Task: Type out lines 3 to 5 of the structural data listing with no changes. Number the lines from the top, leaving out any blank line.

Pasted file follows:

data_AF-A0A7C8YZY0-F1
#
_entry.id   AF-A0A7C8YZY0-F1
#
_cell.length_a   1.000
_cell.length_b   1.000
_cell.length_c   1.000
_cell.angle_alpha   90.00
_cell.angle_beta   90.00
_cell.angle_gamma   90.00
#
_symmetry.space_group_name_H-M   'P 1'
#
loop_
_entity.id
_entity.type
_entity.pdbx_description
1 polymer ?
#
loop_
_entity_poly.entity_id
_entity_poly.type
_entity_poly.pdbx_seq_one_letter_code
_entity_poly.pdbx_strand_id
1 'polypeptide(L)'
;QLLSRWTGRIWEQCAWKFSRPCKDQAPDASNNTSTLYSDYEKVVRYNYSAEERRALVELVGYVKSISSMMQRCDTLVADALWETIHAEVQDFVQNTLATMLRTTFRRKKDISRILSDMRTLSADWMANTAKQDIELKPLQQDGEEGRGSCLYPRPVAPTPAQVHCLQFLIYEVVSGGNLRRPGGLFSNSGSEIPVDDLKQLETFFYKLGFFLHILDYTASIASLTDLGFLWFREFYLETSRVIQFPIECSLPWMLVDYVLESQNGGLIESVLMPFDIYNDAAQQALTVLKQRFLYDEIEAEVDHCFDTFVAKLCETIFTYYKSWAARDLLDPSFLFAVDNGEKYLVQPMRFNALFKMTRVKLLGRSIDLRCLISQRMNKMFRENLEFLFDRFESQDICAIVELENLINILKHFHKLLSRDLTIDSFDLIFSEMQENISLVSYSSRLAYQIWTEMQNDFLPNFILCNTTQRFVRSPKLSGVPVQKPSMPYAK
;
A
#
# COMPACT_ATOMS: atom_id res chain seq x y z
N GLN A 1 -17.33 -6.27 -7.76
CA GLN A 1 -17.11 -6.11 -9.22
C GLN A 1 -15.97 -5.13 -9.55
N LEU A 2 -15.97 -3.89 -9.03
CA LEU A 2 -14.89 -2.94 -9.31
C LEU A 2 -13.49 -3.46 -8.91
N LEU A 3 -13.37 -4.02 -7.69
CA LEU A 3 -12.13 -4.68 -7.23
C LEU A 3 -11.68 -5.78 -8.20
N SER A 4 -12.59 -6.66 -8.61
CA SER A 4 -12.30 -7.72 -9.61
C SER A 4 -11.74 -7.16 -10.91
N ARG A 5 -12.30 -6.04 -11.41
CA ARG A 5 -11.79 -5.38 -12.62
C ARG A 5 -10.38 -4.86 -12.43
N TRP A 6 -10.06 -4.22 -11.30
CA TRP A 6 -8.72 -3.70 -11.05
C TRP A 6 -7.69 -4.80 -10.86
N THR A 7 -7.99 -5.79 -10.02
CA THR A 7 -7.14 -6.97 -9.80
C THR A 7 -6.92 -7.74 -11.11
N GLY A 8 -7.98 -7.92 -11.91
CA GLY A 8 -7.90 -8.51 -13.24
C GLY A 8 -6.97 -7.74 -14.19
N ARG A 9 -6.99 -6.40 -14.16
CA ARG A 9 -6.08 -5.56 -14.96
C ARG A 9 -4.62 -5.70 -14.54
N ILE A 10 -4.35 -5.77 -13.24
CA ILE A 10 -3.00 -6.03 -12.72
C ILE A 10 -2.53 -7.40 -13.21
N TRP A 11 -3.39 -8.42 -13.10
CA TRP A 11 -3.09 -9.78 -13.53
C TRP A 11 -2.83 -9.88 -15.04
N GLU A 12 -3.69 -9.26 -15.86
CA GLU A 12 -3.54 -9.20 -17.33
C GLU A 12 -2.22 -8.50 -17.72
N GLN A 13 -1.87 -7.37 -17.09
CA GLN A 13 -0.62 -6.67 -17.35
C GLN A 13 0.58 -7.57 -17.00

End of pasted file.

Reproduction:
_entry.id   AF-A0A7C8YZY0-F1
#
_cell.length_a   1.000